Prasad Sangameshwaran
Jul 23, 2018

India's top local brands

In-country experts weigh in on the success of local Indian brands like Tata, Patanjali and Flipkart.

A Reliance Jio building in Hyderabad
A Reliance Jio building in Hyderabad

Campaign Asia-Pacific's Asia's Top 1000 Brands survey for 2018 research points to Tata, Patanjali, Flipkart, Amul and Reliance as the most popular local brands in India. We asked in-markets experts for their opinions on why these brands resonate, and what challengers they may face.

What’s behind these brands’ appeal to local people? What are they doing that other local brands - or brands from elsewhere - are not doing? Do you see these brands’ future as under threat from encroaching global or non-local players?

Saumitra Prasad, CMO, Kokuyo Camlin:
These brands have become strong and big because they invested heavily on their consumers, rather than those local brands which have relied only on investing in trade.

Indian brands have the edge over global brands in understanding and delivering consumer needs in India far efficiently than their global counterparts. Also, in the current context, Indians are more proud of the Indian heritage than was the case, a decade ago.

We should see the dominance of these brands in Indian market if they continue investing in their brand and respecting needs of their consumers.

Partha Sinha, MD, McCann Worldgroup India:
It is not a matter of local or global brands. It's about how a global or local brand sees the audience.

Reliance Jio is popular for the singular reason that it democratised data usage. Local brands have a great understanding of local desire that makes them big. Patanjali understood that the idea of yoga could be brought into everyday living. It did an umbrella branding for consumer goods. It is not a question of the origin. Consumers could not care less.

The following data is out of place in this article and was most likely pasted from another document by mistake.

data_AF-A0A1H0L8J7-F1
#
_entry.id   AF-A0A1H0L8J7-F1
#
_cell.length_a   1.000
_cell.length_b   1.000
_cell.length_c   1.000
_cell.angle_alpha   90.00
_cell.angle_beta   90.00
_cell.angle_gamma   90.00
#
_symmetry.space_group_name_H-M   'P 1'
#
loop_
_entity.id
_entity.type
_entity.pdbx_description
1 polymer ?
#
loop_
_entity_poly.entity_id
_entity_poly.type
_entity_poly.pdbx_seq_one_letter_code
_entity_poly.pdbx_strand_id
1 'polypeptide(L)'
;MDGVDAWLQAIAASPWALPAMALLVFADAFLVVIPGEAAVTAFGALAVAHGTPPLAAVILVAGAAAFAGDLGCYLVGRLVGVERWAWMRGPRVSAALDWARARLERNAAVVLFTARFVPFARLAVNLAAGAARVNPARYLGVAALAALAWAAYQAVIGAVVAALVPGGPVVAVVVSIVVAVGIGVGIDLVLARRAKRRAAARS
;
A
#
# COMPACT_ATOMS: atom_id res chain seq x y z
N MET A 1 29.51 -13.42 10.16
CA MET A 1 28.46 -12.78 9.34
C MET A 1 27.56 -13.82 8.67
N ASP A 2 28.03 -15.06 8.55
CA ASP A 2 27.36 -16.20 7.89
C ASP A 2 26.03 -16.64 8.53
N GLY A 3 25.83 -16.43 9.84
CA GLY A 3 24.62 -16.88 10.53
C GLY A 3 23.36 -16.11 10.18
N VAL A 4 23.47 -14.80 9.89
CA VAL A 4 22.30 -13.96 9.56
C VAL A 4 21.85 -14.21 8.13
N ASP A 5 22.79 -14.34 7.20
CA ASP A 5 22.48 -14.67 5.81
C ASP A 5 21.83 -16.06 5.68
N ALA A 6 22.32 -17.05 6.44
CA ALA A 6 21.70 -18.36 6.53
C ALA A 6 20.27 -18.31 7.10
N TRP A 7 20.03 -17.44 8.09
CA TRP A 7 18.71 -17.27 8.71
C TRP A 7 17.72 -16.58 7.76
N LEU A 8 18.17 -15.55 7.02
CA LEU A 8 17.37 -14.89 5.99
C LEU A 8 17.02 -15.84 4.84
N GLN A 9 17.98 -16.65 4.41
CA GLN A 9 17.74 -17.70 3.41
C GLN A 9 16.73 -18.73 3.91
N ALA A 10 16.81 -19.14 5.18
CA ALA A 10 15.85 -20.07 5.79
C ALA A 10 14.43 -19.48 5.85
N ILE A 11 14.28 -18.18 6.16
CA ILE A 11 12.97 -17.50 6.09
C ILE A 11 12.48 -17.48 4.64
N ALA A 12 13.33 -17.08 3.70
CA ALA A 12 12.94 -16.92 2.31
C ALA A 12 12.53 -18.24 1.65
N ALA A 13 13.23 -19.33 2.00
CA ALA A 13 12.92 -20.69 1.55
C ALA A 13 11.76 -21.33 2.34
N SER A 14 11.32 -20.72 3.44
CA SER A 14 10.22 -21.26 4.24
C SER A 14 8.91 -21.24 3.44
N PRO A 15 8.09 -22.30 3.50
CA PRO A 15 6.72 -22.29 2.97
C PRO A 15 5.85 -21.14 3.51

MNC brands have a technology advantage, but if they delay the launch in the Indian market they are not showing respect to local purchasing power is another aspect. Apple treats India as a tier B market. This plays on the consumer's mind and is the threat for the MNC brand.

Or look at the classic case of Flipkart versus Amazon. Most consumers shop for electronics on Flipkart, but for other categories it's Amazon. It's a matter of better deals and the origin does not make difference to the end consumer. If at all, the product benefit will overshadow it. 

Chandramohan Mehra, CMO, Bajaj Allianz Life Insurance:
These brands have been able to deliver value on a sustainable basis. Value encompassing trust and quality. They continue to meet the proportionate price-perceived-value equation and have a powerful emotional connect.

Amongst many other things, fundamentally, they are identifying and focusing on real customer value drivers and aligning the entire value chain to deliver on promise, which is compelling and sustainable. Most importantly, some of these older brands remain relevant by deep listening, refining and experienting.

Is their future under threat? Not really. They have not only survived but also done exceedingly well despite an aggressive competition onslaught at multiple times. The threat, always, is more internal than external. As long as the brands sustain trust and deep customer connect, they will remain formidable.

Praful Akali, founder and managing director, Medulla Communications:
A lot of these brands give you a sense that the product comes first. That's a clear advantage that the local brands have over the MNCs. How these products fulfill inherent consumer needs is the secret of their success.

A common thread across these brands is the value they offer to consumers. For a large set of Indian consumers, value for money is extremely important.

The headquarters of Patanjali Ayurved 

In categories like dairy, global players have been unable to make a dent despite trying for decades. Even in categories like cheese, which is not a local food, the global brands have not been able to make a big impact. In the case of brands like Patanjali, it's the local brand that has encroached into the territory where MNCs dominated, if you consider categories like oral care.

In the minds of consumers, it's never global versus local but who gives a product, that meets customer needs.



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